Of course, some tools offer both things and get work very well, but you have to know the nature of the pages you want to scrape to make an informed decision. For example, if you want to build some kind of SEO app that requires you to monitor search results, you’ll want a tool that can make this process faster – especially if you require real-time data.

From the tools we’ve already mentioned, ScraperAPI, ScrapingBee, Bright Data, and Oxylabs offer a SERP API that can be used to retrieve data from Google SERPs in JSON format. Here’s a quick overview of their plans:

ScrapingBee’s Google Search API (Enterprise) offers:

  • 500k searches
  • 12.5M API credits
  • Each successful request costs 25 API credits
  • 500k total successful requests
  • Cost: $999
  • Only Google search
  • Returns JSON data

Oxylabs’ SERP scraper API (Corporate) offers:

  • 526k Pages – equivalent to successful requests
  • Cost $999 or $1.99/1000 successful requests
  • Works with Google, Baidu, Bing, and Yandex
  • Returns JSON data

Bright Data’s SERP API (Advance) offers:

  • 476,190 successful requests
  • Cost $1000/month or $2.40/CPM
  • 1 CPM is equal to 1000 successful requests
  • Works with Google, Bing, DuckDuckGo, Yandex and Baidu
  • Returns JSON and HTML Data

ScraperAPI doesn’t offer a distinct plan for scraping Google. Instead, it uses an auto parser to return Google search and Google shopping data in JSON format that can be used with its regular plans. It would look something like this:

ScraperAPI’s Google search auto parse (Professional) offers:

  • No search limits
  • 14M API credits
  • Each successful request costs 25 API credits
  • 560k total successful requests
  • Cost: $999
  • Works with Google search and Google shopping
  • Returns JSON data

So, if you only need to scrape Google SERPs, you better off with ScraperAPI or ScrapingBee. To scrape other search engines, Bright Data and Oxylabs are better options, with Oxylabs providing a more affordable plan. However, if you want to scrape DuckDuckGo from a parser-like service (returning JSON data), the best option is to go with Bright Data – as long as it makes sense in terms of budget, as you’ll get more data from scraping APIs, or if you want a plug ‘n play tool.

JavaScript Rendering

More and more data-heavy websites are being built with JavaScript frameworks like React, Angular, and Vue, which allow dynamic content to be injected into the page and improve user experience.

That being said, regular scripts can’t access this content because it requires the browser to render the page and execute the JavaScript code to make it work. Now, traditionally, you can use a headless browser with Puppeteer (Node.js), for example. But this will slow down your data collection and make it harder to scale. Not to mention the risk involved in performing this rendering “at home.”

Let’s use ScraperAPI as an example. When you use Puppeteer to control a headless browser, you’re basically opening a browser instance locally and invoking your API URLs programmatically – e.g., https://api.scraperapi.com/?api_key=YOUR_KEY&url=https://example.com –, fetching the content through ScraperAPI, but using the browser to render the page.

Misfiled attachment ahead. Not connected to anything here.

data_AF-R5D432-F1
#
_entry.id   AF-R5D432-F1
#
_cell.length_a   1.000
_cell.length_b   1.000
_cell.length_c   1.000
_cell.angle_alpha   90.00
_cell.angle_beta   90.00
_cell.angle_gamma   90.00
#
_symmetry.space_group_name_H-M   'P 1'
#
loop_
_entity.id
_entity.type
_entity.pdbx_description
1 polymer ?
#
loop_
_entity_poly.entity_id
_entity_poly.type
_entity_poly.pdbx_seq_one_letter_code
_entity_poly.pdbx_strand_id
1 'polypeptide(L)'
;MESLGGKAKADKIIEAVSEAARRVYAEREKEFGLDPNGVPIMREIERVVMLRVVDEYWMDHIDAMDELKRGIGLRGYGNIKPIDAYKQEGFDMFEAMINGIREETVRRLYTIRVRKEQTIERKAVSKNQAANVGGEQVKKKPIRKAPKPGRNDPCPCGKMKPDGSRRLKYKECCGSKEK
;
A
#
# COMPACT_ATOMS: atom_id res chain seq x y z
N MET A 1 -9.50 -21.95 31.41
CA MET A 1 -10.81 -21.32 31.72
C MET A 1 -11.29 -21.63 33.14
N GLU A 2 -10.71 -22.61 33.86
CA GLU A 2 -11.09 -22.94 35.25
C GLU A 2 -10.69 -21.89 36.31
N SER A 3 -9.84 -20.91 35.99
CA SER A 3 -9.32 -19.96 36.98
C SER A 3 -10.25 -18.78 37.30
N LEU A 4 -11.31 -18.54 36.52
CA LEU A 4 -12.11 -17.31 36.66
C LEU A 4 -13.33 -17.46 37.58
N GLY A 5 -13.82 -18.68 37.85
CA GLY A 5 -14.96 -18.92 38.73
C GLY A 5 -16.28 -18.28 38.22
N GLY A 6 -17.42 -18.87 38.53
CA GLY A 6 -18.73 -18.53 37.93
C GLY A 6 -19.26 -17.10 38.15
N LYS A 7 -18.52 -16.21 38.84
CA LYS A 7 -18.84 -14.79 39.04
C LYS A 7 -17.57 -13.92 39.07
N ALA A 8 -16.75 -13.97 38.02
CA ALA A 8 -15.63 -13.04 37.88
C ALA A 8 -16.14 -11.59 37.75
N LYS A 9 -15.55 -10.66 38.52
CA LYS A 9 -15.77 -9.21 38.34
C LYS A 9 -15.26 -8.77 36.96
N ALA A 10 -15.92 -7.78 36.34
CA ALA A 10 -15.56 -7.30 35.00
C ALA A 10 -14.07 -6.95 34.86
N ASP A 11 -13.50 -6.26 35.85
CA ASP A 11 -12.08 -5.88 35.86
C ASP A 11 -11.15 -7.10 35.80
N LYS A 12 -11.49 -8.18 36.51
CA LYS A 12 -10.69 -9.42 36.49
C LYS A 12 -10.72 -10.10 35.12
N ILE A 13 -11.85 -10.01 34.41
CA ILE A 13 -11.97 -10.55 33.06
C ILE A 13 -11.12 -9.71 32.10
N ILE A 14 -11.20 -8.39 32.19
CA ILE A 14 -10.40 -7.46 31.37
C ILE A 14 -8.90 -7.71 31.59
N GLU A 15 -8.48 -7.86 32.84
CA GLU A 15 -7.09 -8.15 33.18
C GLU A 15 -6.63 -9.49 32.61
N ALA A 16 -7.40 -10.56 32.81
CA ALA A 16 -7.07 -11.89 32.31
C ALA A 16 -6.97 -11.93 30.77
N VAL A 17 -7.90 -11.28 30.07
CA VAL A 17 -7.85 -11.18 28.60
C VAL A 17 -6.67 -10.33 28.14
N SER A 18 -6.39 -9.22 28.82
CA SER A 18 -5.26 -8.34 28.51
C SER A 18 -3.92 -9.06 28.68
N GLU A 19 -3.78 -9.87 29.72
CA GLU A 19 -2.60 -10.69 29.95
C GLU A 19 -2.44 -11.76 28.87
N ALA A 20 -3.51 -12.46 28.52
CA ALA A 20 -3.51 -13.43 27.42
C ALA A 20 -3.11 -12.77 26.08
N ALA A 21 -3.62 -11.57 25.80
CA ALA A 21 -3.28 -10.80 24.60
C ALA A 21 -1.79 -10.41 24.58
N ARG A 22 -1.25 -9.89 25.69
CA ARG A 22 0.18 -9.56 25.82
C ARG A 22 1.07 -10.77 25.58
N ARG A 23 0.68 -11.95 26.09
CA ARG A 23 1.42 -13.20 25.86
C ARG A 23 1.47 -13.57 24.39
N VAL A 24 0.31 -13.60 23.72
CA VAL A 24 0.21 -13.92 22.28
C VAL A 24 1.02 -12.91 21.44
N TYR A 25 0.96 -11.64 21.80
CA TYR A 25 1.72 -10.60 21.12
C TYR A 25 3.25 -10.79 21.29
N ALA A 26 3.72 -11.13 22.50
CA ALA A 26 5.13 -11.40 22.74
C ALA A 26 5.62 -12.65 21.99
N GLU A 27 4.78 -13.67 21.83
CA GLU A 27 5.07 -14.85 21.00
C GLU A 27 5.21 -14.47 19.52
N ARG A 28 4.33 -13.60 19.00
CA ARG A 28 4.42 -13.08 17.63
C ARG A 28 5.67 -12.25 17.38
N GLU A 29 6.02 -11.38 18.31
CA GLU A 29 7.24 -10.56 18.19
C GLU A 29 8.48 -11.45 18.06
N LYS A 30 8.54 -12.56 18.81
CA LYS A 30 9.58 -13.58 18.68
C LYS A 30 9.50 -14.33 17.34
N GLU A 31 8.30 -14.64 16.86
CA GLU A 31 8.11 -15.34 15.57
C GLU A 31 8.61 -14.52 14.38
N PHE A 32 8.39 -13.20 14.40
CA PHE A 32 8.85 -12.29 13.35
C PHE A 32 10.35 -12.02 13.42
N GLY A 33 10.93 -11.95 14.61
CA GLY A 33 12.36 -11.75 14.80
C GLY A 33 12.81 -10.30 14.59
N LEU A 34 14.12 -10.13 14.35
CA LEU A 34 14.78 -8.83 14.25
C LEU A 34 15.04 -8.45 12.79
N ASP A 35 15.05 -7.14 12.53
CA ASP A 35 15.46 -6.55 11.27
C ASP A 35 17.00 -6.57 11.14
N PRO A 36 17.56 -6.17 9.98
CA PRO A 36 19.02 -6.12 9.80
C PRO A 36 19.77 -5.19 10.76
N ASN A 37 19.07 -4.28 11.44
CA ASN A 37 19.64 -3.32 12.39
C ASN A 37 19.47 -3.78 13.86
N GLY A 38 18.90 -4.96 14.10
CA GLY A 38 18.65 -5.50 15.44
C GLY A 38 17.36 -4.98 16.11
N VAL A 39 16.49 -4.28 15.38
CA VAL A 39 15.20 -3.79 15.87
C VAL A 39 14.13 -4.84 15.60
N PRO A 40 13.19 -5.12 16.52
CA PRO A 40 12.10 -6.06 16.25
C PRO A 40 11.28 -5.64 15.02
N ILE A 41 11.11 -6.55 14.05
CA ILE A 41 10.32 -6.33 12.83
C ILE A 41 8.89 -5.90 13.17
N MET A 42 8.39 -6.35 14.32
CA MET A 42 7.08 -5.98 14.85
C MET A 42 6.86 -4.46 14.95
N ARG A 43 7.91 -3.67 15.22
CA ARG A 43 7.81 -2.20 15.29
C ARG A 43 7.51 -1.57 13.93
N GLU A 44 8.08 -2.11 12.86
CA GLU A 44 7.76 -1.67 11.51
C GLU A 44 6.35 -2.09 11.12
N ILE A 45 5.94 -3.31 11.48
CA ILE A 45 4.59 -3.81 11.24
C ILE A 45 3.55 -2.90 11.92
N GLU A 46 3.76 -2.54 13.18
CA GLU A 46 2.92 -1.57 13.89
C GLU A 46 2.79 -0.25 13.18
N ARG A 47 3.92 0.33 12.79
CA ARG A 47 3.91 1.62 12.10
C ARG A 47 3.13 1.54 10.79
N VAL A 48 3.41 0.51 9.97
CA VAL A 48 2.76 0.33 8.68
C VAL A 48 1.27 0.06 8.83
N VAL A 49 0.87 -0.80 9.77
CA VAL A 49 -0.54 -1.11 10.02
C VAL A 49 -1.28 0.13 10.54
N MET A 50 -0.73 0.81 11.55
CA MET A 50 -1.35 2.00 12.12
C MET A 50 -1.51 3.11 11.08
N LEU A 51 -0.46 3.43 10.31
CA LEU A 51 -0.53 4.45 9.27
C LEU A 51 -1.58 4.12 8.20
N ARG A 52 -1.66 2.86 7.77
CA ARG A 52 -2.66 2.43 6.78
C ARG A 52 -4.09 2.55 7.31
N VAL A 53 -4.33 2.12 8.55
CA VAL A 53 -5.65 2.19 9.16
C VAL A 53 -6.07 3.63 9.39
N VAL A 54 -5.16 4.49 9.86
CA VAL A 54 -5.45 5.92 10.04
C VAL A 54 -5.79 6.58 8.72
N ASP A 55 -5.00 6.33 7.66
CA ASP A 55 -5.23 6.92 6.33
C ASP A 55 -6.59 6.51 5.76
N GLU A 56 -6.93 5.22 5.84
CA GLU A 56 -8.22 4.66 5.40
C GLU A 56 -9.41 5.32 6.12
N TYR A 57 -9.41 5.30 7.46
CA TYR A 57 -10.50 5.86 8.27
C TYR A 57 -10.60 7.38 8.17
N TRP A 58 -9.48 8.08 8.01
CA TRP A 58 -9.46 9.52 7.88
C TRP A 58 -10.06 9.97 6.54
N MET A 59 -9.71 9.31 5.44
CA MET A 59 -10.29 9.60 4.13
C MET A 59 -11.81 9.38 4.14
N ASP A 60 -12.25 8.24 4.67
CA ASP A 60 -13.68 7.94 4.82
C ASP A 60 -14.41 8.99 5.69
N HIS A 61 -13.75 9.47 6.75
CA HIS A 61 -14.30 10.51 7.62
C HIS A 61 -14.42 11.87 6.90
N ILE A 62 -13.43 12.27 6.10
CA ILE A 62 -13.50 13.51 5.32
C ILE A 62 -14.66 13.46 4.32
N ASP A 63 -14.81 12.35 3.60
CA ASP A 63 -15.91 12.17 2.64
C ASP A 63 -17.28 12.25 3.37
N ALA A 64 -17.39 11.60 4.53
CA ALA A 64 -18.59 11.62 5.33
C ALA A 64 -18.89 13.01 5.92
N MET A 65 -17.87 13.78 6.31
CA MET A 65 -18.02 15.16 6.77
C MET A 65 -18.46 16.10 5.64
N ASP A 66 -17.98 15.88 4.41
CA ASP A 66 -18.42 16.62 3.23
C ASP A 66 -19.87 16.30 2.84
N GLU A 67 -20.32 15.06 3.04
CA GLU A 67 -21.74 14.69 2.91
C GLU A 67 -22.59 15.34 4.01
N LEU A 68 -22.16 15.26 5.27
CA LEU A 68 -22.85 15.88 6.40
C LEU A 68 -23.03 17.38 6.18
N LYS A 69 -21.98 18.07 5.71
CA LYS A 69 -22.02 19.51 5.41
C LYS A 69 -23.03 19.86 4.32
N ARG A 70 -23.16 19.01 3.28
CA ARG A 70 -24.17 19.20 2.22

That’s where problems begin.

To render the page, your browser will need to download all embedded resources (JS files, CSS files, etc.), and because your local browser is the one sending the request, it’ll use your real IP, exposing you to your target site. (In theory, you could write an interception code to hijack the requests and fetch the resources through ScraperAPI, but it will add more complexities and doesn’t take care of the entire problem.)

If you take a look at the link above, you’ll notice that it has your API key in the URL, which means that any resources that are downloaded through this method will see this URL as the referer (or the origin when it comes to CORS), including your API key. When choosing a web scraping tool, this is a feature that can’t be missing, or you’ll be limiting yourself severely.

Most off-the-shelf tools (like Octoparse) and scraping tools in a per-page model (like Bright Data and Oxylabs) should use headless browsers on their end to handle JavaScript content, but we couldn’t find any specification in their documentation, so you would have to contact them to learn more. However, APIs (like ScraperAPI, ScrapeIN, and ScrapingBee) allow you to enable JS rendering and charge extra API credits for each successful request, taking the rendering out of your machine so you can solely focus on data.

Final Thoughts

Once you understand how the different web scraping tools work, it’s easier to evaluate their pricing and find the little details to help you plan your project’s budget. It’s crucial to read every tool documentation and learn their particular language to avoid surprises in your billing.

Also, consider what the requirements are for your project and list them in a checklist. Without a clear scope, you can make a decision solely based on money and end up making the wrong choice.

If you’re still in doubt, send us your pricing questions, and we’ll be glad to help you. Until next time, happy scraping!

About the author

Leonardo Rodriguez

Leonardo Rodriguez

Leo is a technical content writer based in Italy with experience in Python and Node.js. He’s currently working at saas.group as a content marketing manager and is the lead writer for ScraperAPI. Contact him on LinkedIn.